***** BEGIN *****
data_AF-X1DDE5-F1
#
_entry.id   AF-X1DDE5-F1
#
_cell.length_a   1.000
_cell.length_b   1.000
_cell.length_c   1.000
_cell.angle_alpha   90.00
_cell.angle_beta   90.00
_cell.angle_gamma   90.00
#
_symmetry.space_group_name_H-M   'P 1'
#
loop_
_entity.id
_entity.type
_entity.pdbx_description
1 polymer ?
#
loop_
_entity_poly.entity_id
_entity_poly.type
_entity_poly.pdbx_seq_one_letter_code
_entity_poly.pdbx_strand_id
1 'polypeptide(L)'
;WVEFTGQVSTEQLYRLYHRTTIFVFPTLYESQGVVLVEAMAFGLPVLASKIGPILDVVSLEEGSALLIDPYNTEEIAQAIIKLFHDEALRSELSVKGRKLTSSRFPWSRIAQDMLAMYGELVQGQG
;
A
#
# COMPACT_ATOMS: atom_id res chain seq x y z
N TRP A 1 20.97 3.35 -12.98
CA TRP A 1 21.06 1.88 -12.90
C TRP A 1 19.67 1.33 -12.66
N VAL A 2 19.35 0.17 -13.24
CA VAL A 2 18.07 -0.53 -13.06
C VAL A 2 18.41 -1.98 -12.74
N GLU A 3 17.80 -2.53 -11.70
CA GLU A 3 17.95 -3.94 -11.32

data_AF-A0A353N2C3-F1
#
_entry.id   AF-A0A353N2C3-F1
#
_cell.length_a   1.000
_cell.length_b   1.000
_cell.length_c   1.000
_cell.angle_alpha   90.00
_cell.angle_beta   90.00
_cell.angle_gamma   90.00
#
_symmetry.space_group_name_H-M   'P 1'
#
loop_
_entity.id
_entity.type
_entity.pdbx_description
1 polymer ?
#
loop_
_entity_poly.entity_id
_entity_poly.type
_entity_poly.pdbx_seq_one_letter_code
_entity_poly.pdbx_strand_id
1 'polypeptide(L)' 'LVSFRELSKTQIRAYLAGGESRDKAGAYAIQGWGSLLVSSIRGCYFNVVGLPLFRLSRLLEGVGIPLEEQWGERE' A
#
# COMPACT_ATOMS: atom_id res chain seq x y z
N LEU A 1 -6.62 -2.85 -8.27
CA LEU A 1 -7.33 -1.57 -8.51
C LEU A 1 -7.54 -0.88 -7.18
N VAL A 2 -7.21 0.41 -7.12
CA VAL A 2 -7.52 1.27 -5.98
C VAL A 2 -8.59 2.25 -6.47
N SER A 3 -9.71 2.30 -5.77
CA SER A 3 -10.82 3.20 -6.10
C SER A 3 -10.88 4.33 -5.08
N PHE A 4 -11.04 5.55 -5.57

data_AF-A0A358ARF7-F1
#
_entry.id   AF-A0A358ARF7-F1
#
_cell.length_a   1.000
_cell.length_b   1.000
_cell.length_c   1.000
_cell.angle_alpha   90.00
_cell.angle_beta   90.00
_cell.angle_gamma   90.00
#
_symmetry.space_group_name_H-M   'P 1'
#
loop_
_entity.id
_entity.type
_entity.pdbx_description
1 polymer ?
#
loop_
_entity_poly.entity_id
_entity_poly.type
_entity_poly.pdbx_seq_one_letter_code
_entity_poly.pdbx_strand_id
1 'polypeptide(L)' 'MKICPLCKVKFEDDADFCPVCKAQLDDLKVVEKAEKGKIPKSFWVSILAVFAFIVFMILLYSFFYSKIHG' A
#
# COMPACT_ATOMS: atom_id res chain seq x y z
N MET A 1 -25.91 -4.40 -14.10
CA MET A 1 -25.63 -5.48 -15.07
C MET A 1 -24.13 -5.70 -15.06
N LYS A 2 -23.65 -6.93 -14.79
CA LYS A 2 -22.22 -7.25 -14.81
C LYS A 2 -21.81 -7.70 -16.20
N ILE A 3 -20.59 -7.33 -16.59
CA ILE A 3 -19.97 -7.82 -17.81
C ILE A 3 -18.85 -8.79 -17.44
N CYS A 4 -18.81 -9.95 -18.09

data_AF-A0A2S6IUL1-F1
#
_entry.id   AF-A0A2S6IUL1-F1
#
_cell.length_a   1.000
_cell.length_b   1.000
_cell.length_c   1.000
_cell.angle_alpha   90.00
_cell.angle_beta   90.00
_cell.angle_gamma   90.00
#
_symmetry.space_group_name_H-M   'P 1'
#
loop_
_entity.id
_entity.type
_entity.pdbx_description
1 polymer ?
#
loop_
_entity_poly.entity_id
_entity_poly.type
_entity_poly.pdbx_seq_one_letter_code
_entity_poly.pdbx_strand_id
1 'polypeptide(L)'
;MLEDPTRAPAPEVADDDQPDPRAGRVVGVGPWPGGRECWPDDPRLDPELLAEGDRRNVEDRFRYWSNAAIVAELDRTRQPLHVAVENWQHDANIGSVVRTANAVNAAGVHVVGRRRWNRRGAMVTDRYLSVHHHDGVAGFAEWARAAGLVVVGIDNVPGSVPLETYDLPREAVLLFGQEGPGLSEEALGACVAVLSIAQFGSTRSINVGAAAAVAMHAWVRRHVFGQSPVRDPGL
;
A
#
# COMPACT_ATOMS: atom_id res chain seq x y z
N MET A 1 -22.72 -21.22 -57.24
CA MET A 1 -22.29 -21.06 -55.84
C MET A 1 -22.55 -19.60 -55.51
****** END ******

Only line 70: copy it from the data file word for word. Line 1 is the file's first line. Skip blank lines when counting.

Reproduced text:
CA VAL A 2 -7.52 1.27 -5.98